University of Georgia

What is a CURO Research Mentor?

Given the number of academic departments, diversity of research fields and the level at which each individual student begins research, there is no one method of effective mentoring.

Ultimately each faculty member must decide how best to mentor each undergraduate researcher, taking into consideration the individual’s goals and level of experience, in the classroom and with basic research principles and method.

And while CURO encourages and supports each faculty finding his or her mentoring “style,” CURO research is expected to be sustained, progressive and faculty mentored.

To that end, we offer the following five broad principles, in an effort to provide a basic foundation for crafting a more personal mentoring philosophy. Working from the definitions proposed by various national academies and publications, CURO defines mentoring as a relationship between undergraduate and faculty member emphasizing:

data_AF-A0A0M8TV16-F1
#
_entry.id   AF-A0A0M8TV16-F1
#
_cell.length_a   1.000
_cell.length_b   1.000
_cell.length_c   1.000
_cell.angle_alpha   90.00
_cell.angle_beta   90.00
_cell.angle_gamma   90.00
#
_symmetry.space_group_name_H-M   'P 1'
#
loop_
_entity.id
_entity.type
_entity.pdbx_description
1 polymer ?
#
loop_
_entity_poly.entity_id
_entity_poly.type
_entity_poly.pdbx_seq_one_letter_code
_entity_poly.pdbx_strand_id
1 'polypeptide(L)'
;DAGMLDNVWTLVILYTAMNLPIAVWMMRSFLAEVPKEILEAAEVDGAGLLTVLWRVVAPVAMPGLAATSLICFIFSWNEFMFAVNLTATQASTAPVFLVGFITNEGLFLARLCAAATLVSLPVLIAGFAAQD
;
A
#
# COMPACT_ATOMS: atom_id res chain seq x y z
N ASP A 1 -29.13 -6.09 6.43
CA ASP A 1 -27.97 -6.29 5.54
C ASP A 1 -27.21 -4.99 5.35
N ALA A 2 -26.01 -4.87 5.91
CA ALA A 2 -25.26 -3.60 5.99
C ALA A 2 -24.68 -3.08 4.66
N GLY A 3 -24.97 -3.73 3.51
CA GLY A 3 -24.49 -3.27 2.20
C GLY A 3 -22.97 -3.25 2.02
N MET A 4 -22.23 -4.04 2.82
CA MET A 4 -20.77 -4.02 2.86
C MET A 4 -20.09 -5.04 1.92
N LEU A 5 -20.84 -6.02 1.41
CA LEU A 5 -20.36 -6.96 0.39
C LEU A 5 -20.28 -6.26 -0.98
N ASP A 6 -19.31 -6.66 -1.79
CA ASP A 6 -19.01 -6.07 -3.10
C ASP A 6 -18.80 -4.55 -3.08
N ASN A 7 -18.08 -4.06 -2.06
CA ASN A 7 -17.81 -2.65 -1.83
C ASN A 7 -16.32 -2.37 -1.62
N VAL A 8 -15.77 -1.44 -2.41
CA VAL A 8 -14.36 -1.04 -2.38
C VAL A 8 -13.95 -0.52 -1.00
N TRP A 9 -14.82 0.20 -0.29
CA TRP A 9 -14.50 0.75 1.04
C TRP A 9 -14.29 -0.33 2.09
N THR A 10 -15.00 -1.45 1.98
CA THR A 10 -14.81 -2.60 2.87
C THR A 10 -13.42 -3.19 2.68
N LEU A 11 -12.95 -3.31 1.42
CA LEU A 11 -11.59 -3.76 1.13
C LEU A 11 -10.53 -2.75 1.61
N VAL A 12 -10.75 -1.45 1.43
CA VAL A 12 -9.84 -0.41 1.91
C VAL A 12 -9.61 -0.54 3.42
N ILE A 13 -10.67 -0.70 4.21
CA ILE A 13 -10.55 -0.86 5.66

1. the learning relationship is personal and professional and offers insight in to disciplinary research;
  2. the relationship develops over time, especially as the mentee grows in knowledge and experience;
  3. awareness of the individual mentee in determining how best to help, advise and encourage;
  4. sharing experience and wisdom as well as technical expertise.
  5. knowing, accepting and respecting the goals and interests of each mentee.